5 Interesting Facts About the Niagara Falls

5 Interesting Facts About the Niagara Falls

On one of the most southern tips of Canada, in the province of Ontario, you will find the Niagara Falls. The Niagara River forms a natural border with the USA, separating Ontario from the New York State. This unique place has three massive waterfalls plunging into a deep natural gorge. Indeed it is one of the most spectacular natural wonders on mother earth.

The name Niagara comes from a native tribe called Onguiaahra, which morphed into “Niagara” in the speech of French explorers. It has become one of the most iconic landmarks in North America.

And now, five interesting facts about the Niagara Falls:

1. They Are Really, Really Huge

The sheer size of the Niagara Falls is key to their popularity. They give us an idea of how small we actually are. The three different waterfalls that make up the Niagara Falls are the Horseshoe Falls, the American Falls and the Bridal Veil Falls.

The total width of the falls is 1.2 kilometres. Most waterfalls are thin and narrow. Therefore, the massive width of the Niagara falls is what sets them apart. From the highest point on the ridge, the water plunges 57 metres. The gorge below is 11 kilometres long. The deepest point in the river below, 51 metres, is under the Horseshoe Falls on the Canadian side of the border.

Therefore, in size and capacity, they rank among the biggest waterfalls in the world.

2. People Love Doing Stunts There

This practice harks back to different times when performing stunts was a popular form of entertainment. The Niagara Falls has provided a perfect location for those who like to test the line between courage and stupidity.

Sam Patch, a.k.a. the Yankee Leaper apparently started this, when he took a 26-metre dive down Horseshoe Falls in 1829. The first person to cross the gorge on a tightrope was Charles Blondin (1989). Not one to rest on his laurels, he performed the same feat while blindfolded, pushing a wheelbarrow. In 1901, Annie Edson Taylor became the first person to go over the falls in a barrel. In 1951 it became illegal to perform stunts at Niagara Falls. Therefore, the number of stunts performed has since dropped drastically. However, even a stiff fine does not completely deter the occasional attempt.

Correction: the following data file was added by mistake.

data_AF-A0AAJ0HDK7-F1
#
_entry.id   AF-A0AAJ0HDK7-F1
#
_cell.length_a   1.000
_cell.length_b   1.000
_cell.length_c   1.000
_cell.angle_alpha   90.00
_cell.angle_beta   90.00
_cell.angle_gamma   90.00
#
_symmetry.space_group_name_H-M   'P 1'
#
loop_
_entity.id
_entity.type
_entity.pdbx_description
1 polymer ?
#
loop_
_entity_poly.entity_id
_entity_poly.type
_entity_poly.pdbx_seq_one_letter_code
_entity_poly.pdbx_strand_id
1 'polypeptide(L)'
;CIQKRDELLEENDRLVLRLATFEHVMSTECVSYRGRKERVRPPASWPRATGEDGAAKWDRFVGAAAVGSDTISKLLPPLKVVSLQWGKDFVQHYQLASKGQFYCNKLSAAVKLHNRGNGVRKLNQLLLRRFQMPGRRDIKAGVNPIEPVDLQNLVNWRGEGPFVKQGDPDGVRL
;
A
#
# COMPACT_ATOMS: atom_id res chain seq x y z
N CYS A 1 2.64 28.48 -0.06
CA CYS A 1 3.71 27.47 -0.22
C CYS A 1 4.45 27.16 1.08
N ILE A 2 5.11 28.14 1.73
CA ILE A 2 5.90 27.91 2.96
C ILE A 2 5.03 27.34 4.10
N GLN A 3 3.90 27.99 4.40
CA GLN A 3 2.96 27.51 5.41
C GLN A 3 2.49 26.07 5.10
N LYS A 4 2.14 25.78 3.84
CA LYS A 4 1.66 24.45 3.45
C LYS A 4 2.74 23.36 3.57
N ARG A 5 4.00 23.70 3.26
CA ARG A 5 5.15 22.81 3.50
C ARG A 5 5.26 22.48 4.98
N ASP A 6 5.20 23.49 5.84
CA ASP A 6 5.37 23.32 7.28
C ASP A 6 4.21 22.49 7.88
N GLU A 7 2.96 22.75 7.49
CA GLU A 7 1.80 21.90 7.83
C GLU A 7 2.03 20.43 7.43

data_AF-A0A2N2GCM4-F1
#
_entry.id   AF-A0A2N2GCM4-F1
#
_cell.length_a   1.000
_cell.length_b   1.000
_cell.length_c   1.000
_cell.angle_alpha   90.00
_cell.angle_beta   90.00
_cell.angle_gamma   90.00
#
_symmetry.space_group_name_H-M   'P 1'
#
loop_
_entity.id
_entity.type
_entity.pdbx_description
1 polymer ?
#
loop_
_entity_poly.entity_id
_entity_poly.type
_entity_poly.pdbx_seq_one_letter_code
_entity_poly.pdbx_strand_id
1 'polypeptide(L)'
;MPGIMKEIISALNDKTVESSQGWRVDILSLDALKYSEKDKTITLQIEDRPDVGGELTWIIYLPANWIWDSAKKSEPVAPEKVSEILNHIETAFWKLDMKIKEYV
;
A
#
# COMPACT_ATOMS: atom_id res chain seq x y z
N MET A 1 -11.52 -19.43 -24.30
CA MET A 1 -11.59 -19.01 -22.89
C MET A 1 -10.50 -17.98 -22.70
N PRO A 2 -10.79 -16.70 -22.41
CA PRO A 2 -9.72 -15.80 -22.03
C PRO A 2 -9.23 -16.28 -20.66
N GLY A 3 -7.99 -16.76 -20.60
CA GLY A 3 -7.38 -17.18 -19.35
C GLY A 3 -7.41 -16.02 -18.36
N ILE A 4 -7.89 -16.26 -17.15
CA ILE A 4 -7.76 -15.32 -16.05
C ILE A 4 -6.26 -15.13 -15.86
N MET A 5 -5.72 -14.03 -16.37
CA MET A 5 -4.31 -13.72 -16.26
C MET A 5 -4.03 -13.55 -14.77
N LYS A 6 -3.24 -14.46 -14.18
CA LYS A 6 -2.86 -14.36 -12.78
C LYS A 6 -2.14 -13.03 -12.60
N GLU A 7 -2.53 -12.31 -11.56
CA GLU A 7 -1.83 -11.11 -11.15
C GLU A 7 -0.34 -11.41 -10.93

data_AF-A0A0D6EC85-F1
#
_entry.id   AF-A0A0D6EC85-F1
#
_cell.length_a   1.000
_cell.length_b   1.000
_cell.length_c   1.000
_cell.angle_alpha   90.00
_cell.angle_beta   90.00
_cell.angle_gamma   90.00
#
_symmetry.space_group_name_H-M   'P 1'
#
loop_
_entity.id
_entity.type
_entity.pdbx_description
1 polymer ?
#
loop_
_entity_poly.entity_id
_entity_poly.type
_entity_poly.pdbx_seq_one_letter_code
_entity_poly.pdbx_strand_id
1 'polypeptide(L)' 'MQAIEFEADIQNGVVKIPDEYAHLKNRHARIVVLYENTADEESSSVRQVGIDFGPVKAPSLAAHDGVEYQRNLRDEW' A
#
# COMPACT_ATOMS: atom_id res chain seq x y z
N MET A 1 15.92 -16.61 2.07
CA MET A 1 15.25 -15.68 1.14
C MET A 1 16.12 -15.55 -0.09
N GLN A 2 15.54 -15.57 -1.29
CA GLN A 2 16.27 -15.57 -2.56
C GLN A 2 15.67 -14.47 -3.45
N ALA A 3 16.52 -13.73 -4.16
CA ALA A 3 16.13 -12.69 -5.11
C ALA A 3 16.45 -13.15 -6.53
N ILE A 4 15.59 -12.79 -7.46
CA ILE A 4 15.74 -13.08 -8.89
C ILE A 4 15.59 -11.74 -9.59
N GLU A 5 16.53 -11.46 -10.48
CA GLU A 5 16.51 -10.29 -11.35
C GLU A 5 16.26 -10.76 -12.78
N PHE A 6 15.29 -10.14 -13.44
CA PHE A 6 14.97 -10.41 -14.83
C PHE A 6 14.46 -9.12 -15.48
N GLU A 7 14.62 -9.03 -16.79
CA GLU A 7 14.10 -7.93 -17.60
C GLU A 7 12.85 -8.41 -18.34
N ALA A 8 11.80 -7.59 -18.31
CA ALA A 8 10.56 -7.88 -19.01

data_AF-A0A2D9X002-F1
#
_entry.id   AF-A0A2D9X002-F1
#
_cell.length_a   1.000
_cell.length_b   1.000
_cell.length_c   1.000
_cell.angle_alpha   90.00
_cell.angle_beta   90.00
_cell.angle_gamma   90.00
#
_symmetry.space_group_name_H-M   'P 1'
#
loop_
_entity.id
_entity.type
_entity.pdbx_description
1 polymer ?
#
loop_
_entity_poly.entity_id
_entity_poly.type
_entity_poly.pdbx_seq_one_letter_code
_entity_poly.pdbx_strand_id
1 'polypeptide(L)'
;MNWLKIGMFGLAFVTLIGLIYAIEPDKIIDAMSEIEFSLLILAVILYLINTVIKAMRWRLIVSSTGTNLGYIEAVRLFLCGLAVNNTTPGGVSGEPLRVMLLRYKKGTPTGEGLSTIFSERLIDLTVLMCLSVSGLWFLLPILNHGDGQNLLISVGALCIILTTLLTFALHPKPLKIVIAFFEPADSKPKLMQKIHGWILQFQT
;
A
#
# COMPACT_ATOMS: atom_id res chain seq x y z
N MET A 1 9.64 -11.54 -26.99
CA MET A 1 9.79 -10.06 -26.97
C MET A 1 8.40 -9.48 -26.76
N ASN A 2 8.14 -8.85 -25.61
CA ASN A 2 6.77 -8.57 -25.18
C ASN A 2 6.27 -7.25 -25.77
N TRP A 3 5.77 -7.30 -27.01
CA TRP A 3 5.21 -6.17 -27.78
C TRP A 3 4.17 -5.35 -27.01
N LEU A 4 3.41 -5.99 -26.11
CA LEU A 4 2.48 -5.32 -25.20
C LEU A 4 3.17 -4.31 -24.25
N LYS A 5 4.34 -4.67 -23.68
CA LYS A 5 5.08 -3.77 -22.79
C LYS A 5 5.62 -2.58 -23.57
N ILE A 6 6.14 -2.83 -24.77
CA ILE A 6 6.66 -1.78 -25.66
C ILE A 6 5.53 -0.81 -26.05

3. They Are The Oldest Tourist Attraction In North America

In the early 1800s, with travel becoming more accessible, more tourists started visiting the Niagara Falls. With more significant numbers of tourists came the need for accommodation, transport and extra entertainment.

This trend has continued until present times. An estimated 30 million people visit the Niagara Falls each year. The tourist industry is well-developed and caters for a wide variety of budgets and tastes. As a result, hotels, casinos, golf courses – even wine tours – are at your fingertips.

A visit to the falls would, of course, be the highlight of the trip. The closest Canadian international airport is in Toronto, which is about an hour’s drive away. Public transport from Toronto is also available. Therefore, even if you only have one day, you can still go and see the majestic falls.

There are many viewing options too. One can get up close in a boat on a river, or enjoy spectacular views from many well-placed viewing spots.

Do some research about the area before you go there, as there are unique cultural features that don’t always end up in the brochures. For example, you can take yourself on a tour of the many historic bridges at Niagara Falls. Alternatively, you could take a hiking trail above or below the falls. Additionally, a “journey behind the falls” could also be a unique experience.

4. It Takes A Lot Of Water To Create That Splendour

The amount of water that flows through the Niagara Falls is staggering. It clocks in at 168 000 cubic metres per second. This amount is equal to about 70 Olympic-size swimming poolsevery second. The water rushing past reaches an impressive speed of up to 109 kilometres per hour.

The Great Lakes form one of the biggest freshwater systems on the planet. The system is fed continuously by melting ice, snow, rain and secondary rivers. The Niagara river joins two of the Great Lakes, Lake Eirie and Lake Ontario. Water flows from Lake Eirie to Lake Ontario, a drop of 99 metres. Around half of this drop occurs at Niagara Falls. Moreover, the massive amount of water rushing past at such great speeds generates a lot of energy, which brings me to the next fact.

5. Niagara Falls Supply A Massive Amount Of Clean Electricity

The electricity generated at the Niagara falls is enough to supply 25% of the entire need of New York State and Ontario. Furthermore, generating this electricity does not harm the earth in any way. To their credit, people realised this potential as early as 1895.

The celebrated electrical engineer, Nikola Tesla, was instrumental in setting it up. What’s more, there is a small monument in Tesla’s honour on Goat Island at the bottom of the gorge. The flow of water at Niagara falls is controlled by a massive diversion system. As a result, authorities can cater to both tourism and electricity generation.